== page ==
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szdaily -> Entertainment
U2 celebrate Jo Cox on Joshua Tree tour
    2017-July-11  08:53    Shenzhen Daily

ROCK band U2 paid an emotional tribute to murdered MP Jo Cox as they brought their Joshua Tree tour to the U.K.

Bono, who worked with the MP on the Make Poverty History campaign, dedicated “Ultraviolet” (“Light My Way”) to her memory.

“She lived her life championing the lives of others,” he told the audience at London’s Twickenham Stadium.

Mrs Cox, 41, was shot and stabbed in June last year during the EU referendum campaign.

The tribute was one of several moments when U2 paused to acknowledge global events, including the recent terror attacks in Manchester and London.

For their encore, the band asked Noel Gallagher on stage to sing “Don’t Look Back in Anger,” which became an unofficial anthem of resilience in Manchester after a suicide bomber killed 22 fans outside an Ariana Grande concert in May.

Gallagher also dedicated the song to the victims of the Grenfell Tower disaster.

A day earlier, U2 had invited 50 of the firefighters who tackled the blaze to watch their rehearsals and soundcheck.

And Bono echoed Jo Cox’s maiden speech to Parliament — “We have more in common than that which divides us” — as he made a plea for tolerance towards immigrants.

“Us Irish are immigrant people,” he said. “And of course we came here into this great, Great Britain and we thank you for giving us safety and sanctuary for all these years.

“We hope it won’t stop.”

It was a testament to U2’s experience and sincerity that these moments did not overshadow or unbalance the evening; which was, at heart, a celebration of their career-defining album “The Joshua Tree.”

Written against the backdrop of the Cold War, “The Joshua Tree” reflected the two sides of the American dream, with the Irish band seduced by its glamor but repelled by what bassist Adam Clayton called “the bleakness and greed” of the Reagan era.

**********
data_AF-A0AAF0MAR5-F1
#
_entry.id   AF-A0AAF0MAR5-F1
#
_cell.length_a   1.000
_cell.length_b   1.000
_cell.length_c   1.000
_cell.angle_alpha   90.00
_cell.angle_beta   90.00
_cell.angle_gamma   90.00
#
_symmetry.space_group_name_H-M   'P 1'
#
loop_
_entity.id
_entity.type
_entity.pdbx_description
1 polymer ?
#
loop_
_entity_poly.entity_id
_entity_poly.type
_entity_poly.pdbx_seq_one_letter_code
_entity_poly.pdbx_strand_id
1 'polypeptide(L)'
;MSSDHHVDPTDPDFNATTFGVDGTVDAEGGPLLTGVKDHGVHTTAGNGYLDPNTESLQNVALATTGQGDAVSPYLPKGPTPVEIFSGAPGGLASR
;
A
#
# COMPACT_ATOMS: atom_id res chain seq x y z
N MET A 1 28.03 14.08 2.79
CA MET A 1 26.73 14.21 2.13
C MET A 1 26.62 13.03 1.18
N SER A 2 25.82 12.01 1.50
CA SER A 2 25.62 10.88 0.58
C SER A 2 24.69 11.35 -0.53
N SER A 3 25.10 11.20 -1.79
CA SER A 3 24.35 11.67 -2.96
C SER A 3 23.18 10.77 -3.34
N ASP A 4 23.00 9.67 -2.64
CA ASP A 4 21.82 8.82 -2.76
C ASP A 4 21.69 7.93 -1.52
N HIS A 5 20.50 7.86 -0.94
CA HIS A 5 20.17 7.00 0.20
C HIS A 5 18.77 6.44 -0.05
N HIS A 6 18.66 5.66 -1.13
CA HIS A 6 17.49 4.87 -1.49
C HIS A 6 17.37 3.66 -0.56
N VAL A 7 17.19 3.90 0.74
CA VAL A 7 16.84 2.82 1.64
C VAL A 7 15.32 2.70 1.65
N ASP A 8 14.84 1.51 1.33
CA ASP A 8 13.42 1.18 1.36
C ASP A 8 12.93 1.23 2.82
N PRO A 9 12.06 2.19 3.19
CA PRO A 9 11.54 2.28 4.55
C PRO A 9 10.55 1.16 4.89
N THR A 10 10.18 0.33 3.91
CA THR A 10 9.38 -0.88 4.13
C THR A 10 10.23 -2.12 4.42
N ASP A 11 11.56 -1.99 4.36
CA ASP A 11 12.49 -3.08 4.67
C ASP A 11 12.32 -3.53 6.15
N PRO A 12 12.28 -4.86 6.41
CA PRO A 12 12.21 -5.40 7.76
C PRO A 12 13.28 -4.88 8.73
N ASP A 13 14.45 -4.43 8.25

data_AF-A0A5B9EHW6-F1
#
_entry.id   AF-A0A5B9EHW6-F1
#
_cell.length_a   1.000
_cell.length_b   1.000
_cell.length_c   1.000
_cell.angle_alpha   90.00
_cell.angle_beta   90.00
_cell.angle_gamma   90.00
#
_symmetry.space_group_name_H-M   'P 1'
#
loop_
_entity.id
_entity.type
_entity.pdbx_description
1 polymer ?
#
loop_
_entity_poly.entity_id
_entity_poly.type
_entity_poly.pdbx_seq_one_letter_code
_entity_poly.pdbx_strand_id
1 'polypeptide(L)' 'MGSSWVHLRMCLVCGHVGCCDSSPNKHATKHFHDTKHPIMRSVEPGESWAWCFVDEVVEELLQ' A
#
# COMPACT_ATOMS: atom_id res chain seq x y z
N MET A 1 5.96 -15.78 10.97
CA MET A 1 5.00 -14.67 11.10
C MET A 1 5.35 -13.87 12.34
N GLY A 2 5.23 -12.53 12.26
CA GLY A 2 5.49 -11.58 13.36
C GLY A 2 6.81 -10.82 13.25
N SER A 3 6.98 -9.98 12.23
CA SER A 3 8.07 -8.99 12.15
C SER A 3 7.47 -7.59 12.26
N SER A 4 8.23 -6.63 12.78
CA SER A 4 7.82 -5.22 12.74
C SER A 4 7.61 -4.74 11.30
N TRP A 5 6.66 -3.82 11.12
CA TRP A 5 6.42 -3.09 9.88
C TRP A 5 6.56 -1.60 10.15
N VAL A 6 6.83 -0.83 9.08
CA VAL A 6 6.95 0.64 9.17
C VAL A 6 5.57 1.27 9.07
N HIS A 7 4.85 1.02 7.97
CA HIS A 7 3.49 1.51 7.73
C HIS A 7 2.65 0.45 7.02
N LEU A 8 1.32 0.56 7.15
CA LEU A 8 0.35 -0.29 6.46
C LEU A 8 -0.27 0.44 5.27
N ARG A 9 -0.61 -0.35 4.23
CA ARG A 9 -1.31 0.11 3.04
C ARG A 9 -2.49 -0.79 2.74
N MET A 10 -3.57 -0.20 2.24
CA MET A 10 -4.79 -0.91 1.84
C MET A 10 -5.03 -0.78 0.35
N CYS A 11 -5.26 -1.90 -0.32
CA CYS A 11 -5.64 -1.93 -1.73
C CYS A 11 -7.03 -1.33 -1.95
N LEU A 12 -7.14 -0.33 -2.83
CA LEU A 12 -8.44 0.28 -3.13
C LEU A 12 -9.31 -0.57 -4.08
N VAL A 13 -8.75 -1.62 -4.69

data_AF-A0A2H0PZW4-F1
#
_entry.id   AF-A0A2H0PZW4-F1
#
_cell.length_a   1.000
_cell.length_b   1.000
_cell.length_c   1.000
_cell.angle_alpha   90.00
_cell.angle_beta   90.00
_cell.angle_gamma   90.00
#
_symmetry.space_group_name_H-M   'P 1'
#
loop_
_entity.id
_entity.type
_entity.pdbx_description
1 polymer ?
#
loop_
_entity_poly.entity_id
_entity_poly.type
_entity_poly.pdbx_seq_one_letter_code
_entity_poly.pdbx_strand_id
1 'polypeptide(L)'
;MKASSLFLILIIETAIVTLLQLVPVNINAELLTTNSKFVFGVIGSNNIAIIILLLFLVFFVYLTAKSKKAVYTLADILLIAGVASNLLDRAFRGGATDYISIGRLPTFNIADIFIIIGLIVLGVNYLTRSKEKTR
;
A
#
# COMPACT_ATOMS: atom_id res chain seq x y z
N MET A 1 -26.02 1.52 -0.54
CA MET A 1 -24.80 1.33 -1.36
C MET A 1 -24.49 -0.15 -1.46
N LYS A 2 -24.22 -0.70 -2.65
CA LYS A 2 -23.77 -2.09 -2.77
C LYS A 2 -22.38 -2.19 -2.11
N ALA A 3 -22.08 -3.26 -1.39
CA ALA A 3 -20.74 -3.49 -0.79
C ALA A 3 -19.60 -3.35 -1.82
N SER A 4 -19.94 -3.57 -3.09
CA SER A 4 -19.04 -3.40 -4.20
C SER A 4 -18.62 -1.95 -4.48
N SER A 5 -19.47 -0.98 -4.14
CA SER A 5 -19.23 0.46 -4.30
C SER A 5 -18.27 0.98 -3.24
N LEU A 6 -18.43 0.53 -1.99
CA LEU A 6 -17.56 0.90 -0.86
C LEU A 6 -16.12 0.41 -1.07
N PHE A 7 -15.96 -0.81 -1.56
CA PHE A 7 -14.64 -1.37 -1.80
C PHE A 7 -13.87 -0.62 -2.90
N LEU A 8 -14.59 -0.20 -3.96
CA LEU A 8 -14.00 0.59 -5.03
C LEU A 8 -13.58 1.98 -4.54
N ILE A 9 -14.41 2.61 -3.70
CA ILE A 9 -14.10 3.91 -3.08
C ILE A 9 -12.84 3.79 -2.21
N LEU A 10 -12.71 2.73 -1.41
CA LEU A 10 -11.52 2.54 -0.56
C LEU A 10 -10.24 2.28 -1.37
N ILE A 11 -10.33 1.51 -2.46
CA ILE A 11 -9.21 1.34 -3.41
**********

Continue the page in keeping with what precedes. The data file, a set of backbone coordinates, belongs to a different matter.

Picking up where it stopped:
Thirty years later, it remains an eerily relevant ode to a divided U.S.

“It seems like we have come full circle from when “The Joshua Tree” songs were originally written, with global upheaval, extreme right wing politics and some fundamental human rights at risk,” said guitarist The Edge earlier this year.

So while most bands revisit classic albums as an exercise in nostalgia (or luring back lost fans), U2 seemed energized, even hungry on this anniversary. The tour itself boasts technology that would have been unthinkable in 1987 — from the sampled instruments that bolstered their sound; to the 200-foot, 8K LED video wall that formed a backdrop to the set.

At the start of the show, however, U2 spurned both those luxuries.

The video screens were set to standby as Larry Mullen, Jr strode onto a small, tree-shaped satellite stage and launched into instantly-recognizable “Sunday Bloody Sunday”drum riff.

He was soon joined by his bandmates, who played a four song pre-history of “The Joshua Tree,” facing each other in a circle, like the Dubliners who put on their first London shows 38 years ago, using £3,000 they’d borrowed from their families.

Performing without spotlights or video screens in the broad daylight was a brave move in front of 80,000 fans — but it brought the best out of both sides.

The audience were forced to focus on U2, and U2 were forced to play their hardest, as “Sunday Bloody Sunday” led into “New Year’s Day,” followed by “Bad” and their breakthrough single “Pride” (“In the Name of Love”).

(SD-Agencies)

 

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